Statistics and Specifications

25
Nov

2015

Maximum Travel Speed for a Cable Car

We recently received a great question from reader Roberto:

I was wondering what is the maximum speed now registered in the world for a cable car. So far I know, reversible cable cars (43 kph, Portland, USA) go faster than the well known loop cable cars (27 kph, Val d’Isère, France), which is not clear to me why. If you could also explain this issue, that would be great. Thank you in advance.

By the way, what can we expect in the near future for maximum speeds?

These are great questions Roberto. To start, it’s important to remember that Cable Propelled Transit (CPT) can be broken down into top-supported and bottom-supported systems. For bottom-supported systems, the fastest cable technology are funiculars which can travel at maximum speeds of 14 m/s (50km/h).

For top-supported systems such as the Aerial Tram and Gondola, maximum speeds are 12.5m/s (45km/h) and 8.5m/s (30km/h) respectively. Maximum gondola speeds as high as 9 m/s are rumoured but not confirmed.

Why detachable gondolas (“loop cable cars”) travel at lower maximum speeds is partially related to issues of design and economics. For a detachable gondola to reach higher speeds, it would require enormous stations to accelerate and decelerate cabins.

For most gondola systems — which travel in relatively short distances — the increase in speeds would only result in marginal time savings but result in much greater station costs, energy demands, system wear and tear, and etc etc. Aerial trams in comparison, are fixed-grip systems. They simply come to a full stop in a station which enables them to travel at higher maximum speeds. Also, aerial trams typically use larger cabins which are able to provide greater comfort and stability during high speed operations.

As for the future, high speed cable test facilities have reportedly designed ropeways operating at speeds of 18m/s (65km/h). While this is exciting, it’s important to note that before maximum speeds change, it must meet a series of stringent technical and legal requirements to ensure maximum passenger safety.


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Got a technical question about ropeways you want answered? Send your questions to 
gondola (at) creativeurbanprojects (dot) com in the subject heading and we’ll try to answer it.



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28
Mar

2012

Kilometers & Miles

I just came across an old article on Mother Nature Network that combines my favorite sequence (yes, I have a favorite) with a common conversion issue. As an American I think in miles but as someone who reads about, works with, and travels on roads in, well, any other country, I often/sometimes/usually come across speeds and distances measured in kilometers. Like Fahrenheit and Celsius, I know a few basic conversions, and can usually just guesstimate between those. But here is a fun trick for figuring out the rest of those dang speed conversions.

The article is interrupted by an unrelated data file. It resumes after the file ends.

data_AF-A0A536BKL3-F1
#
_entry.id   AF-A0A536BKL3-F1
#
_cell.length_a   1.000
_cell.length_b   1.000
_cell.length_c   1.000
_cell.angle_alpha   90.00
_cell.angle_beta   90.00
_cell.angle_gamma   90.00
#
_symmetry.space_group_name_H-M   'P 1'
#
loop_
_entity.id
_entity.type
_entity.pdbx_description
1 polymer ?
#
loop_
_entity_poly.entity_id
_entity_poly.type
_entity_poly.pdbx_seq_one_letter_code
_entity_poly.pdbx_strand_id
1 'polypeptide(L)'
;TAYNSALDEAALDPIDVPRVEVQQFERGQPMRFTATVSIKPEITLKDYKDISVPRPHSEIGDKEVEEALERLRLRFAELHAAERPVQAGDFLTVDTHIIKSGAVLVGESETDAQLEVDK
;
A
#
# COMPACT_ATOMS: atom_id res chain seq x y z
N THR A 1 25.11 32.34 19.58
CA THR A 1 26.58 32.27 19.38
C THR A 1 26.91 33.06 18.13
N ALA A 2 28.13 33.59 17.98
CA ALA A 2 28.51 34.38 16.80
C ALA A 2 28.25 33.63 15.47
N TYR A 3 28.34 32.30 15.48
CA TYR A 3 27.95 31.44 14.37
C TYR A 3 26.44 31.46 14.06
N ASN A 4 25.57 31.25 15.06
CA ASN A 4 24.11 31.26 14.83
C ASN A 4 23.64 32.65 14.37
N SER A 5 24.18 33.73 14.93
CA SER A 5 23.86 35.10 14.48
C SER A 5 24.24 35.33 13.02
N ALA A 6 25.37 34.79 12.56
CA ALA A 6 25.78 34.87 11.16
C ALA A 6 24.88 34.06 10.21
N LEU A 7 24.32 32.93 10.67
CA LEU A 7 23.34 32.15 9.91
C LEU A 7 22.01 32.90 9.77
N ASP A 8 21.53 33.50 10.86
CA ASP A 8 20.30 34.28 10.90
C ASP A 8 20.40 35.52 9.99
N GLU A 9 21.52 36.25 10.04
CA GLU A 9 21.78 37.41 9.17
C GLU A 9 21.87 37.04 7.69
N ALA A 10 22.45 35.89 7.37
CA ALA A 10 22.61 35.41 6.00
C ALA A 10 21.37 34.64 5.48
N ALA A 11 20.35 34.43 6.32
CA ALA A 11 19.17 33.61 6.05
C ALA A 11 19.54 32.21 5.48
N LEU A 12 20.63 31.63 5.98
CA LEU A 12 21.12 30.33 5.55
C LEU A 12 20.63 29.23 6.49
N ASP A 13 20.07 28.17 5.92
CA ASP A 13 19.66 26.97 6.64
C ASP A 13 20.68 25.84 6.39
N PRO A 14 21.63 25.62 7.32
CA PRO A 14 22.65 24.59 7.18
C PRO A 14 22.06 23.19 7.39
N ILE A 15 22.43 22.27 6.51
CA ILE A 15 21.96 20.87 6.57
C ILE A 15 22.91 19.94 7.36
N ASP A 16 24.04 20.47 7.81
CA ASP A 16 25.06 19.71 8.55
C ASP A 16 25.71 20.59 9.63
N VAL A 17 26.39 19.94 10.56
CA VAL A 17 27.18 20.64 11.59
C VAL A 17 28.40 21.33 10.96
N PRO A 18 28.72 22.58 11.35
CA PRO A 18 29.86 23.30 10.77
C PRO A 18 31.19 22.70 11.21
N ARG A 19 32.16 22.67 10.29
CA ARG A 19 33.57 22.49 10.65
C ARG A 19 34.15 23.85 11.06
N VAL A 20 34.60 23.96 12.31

It starts with the Fibonacci sequence:

0, 1, 1, 2, 3, 5, 8, 13, 21, 34, 55, 89 …

where each number is made up by adding the two previous numbers (0+1=1, 1+1=2, 2+1=3, 3+2=5, 5+3=8, etc)

This sequence is very close to, but not exactly, the golden ratio — which is the growth factor for the famous golden spiral — as commonly seen in nature and design.

This sequence happens to also be very close to the relationship between kilometers and miles. It roughly works out that if one of those Fibonacci numbers is in kilometers, the preceding number is that distance (or speed if divided by time) in miles. So a speed of 89 km/h is, generally speaking, 55 mph. Similarly 55 km/h is about 34 mph.

30 is the new 20. Or should I say 21+3+3+3 is the new 13+2+2+2. Image by Flickr user marcomazzei

A number not in the sequence can be broken down into sequence numbers and each of their conversions added up. The example in the article showed that to find 100 km, you can use 89, 8, and 3 since together those equal 100. Their mile equivalents are 55, 5, and 2, which add up to 62.

As Google says the actual conversion is 100 km = 62.1371192 miles, I’d say this is pretty damn close.



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02
Feb

2012

Can Transit Learn From Wade Boggs?

Professional sports and public transit are two very different things, I admit that.

But contemplate, for a second, the amount of statistical scrutiny we give to the athletic diversions in our lives and how much we attention we pay to the statistics of public transportation.

Now contemplate the robustness of the statistics gathered (and are available) for professional sports – how do they measure up against public transportation statistics?

How is it we have more information about this man than we do about most of our public transit systems?

Some people may find this observation entirely glib, but it’s not. I’m being serious here.

How is it that we can simply and easily access numbers for arcane matters like how many times Wade Boggs was intentionally walked in the 1986 Major League Baseball post season (the answer is once, by the way), but newspapers have to file government appeals in order to ascertain how many suicides occur every year on the Toronto Transit Commission?

Consider that observation in light of this: